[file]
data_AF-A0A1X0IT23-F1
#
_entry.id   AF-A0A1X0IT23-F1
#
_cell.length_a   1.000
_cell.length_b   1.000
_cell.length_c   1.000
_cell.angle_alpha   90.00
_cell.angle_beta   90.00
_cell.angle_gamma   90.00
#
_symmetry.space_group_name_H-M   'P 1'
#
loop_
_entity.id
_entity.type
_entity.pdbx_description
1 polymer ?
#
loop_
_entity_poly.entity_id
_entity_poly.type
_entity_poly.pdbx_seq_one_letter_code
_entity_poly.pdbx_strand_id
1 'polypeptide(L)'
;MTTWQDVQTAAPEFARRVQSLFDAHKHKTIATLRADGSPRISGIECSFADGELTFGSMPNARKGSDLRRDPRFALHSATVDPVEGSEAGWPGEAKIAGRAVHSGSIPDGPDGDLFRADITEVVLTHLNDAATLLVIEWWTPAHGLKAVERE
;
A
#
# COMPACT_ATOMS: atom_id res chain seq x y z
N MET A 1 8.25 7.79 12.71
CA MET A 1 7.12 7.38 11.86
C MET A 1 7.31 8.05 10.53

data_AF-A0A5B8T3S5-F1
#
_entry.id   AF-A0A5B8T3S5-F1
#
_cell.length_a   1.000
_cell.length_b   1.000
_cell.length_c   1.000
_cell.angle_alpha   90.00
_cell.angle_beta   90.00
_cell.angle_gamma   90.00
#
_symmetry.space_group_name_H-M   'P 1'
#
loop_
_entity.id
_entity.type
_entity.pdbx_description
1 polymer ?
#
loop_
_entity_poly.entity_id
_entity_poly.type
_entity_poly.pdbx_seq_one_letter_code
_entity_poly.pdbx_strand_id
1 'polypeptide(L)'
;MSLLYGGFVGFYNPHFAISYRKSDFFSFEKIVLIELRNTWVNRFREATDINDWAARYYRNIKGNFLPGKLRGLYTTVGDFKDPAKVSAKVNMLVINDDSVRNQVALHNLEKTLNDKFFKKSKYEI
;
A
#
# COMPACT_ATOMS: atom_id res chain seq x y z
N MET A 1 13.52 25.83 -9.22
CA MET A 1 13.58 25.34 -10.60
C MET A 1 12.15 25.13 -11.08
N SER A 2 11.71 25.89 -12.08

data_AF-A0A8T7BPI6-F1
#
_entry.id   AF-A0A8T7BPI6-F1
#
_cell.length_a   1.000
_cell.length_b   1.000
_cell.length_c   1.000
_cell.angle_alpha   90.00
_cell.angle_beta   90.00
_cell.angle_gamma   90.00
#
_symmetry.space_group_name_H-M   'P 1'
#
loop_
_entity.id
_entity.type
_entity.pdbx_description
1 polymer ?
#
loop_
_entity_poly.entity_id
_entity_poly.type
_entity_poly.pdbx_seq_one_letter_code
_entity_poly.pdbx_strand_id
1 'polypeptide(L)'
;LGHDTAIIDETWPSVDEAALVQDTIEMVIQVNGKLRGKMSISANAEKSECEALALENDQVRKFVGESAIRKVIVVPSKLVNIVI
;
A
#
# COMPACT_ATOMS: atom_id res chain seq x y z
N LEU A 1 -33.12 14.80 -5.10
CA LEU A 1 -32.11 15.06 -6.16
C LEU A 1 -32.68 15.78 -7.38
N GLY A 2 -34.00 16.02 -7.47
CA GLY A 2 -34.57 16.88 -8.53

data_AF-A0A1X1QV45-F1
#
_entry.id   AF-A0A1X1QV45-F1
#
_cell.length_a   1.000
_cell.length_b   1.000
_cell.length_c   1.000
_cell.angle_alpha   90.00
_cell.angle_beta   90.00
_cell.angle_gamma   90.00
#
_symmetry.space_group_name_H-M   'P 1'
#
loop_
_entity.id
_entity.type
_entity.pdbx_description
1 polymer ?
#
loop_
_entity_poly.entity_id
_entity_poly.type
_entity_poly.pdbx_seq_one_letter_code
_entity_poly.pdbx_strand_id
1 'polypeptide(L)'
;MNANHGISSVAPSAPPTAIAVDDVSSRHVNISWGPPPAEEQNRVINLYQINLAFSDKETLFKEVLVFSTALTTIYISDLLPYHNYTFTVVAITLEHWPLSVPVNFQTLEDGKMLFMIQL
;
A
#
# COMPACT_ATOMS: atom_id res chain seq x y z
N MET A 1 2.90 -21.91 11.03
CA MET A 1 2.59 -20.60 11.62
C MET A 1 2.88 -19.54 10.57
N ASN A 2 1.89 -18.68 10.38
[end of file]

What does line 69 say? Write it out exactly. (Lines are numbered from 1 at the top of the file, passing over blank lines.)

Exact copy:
#